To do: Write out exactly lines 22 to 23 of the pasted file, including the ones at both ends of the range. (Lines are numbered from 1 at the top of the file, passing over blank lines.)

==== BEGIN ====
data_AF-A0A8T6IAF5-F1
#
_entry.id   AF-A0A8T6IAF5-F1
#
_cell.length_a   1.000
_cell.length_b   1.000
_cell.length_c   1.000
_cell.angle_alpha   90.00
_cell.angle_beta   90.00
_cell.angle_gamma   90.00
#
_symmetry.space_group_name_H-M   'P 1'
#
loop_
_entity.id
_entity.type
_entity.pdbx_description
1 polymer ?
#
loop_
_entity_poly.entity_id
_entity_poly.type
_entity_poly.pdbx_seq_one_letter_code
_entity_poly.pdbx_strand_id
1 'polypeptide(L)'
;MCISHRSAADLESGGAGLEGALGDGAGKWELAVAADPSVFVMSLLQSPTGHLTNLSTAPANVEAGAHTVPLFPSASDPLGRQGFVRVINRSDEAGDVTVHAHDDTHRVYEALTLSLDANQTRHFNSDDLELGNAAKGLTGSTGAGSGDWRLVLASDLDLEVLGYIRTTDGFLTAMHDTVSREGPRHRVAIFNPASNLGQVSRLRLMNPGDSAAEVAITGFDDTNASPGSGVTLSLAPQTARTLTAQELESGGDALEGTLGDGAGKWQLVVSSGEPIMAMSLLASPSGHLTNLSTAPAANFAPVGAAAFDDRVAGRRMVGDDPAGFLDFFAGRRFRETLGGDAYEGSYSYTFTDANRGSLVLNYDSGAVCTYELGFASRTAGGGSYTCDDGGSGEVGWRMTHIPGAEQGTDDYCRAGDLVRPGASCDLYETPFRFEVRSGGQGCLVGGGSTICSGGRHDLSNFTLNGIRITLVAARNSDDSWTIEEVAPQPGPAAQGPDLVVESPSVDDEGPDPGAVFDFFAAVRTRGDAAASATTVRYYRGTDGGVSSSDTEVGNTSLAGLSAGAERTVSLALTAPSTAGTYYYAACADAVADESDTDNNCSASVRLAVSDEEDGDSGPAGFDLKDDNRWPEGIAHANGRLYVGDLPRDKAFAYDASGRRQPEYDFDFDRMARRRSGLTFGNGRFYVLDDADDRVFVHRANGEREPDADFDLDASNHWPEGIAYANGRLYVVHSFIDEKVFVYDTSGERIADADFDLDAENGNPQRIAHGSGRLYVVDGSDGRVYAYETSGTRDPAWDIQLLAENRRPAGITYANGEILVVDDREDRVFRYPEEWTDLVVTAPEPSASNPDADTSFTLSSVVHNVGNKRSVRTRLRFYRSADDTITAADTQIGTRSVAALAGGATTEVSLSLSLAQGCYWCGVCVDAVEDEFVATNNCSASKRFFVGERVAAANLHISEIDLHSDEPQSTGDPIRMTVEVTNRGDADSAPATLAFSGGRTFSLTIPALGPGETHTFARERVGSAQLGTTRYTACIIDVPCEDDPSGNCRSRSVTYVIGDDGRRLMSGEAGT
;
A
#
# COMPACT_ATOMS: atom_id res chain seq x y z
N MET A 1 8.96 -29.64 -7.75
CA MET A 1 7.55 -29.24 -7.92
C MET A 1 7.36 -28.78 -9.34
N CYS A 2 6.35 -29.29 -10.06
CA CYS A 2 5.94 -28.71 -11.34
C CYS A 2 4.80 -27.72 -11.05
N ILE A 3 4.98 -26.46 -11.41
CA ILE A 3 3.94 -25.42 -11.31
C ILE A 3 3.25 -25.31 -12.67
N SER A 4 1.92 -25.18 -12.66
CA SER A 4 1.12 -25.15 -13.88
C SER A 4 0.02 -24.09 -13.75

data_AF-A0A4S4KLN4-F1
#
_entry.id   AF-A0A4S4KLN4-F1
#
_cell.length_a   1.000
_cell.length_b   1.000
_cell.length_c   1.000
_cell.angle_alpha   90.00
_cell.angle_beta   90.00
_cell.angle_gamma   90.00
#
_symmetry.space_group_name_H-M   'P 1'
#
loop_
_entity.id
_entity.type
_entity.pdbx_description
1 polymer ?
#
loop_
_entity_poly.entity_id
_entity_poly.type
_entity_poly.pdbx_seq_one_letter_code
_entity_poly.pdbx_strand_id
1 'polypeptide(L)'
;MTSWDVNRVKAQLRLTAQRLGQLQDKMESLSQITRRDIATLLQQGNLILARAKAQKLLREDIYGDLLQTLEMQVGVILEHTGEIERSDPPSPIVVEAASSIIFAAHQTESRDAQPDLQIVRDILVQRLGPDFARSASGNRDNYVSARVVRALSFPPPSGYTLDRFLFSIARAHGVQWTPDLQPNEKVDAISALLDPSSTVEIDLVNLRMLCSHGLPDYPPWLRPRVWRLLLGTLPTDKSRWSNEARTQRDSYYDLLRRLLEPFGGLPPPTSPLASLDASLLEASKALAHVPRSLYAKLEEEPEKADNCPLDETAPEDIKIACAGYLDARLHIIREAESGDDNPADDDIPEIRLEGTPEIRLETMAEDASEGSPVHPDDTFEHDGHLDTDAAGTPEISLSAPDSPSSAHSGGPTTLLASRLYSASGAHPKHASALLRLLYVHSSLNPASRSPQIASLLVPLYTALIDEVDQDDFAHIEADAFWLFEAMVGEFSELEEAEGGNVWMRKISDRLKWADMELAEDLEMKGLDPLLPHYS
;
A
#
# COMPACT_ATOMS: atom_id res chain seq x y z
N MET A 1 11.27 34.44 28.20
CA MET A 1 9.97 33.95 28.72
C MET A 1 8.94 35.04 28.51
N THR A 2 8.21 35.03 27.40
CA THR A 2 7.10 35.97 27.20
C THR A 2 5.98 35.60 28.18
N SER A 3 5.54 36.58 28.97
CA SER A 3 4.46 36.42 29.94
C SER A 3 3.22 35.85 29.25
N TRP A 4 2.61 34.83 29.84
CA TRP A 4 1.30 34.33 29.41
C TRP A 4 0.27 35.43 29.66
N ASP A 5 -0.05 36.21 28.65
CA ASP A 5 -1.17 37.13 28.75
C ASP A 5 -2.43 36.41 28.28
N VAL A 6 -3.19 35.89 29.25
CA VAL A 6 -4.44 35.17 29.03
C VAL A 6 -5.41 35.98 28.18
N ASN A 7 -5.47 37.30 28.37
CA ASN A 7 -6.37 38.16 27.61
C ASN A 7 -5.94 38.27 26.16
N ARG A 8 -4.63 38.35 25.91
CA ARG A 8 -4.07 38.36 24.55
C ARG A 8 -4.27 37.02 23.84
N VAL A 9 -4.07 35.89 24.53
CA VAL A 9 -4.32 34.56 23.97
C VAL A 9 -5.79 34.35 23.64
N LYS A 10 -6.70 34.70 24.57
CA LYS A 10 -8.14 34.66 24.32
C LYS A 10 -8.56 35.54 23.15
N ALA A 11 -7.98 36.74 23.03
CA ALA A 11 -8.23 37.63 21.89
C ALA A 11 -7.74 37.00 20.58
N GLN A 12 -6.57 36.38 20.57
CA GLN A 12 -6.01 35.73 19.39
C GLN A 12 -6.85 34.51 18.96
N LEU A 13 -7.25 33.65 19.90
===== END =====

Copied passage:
_entity_poly.type
_entity_poly.pdbx_seq_one_letter_code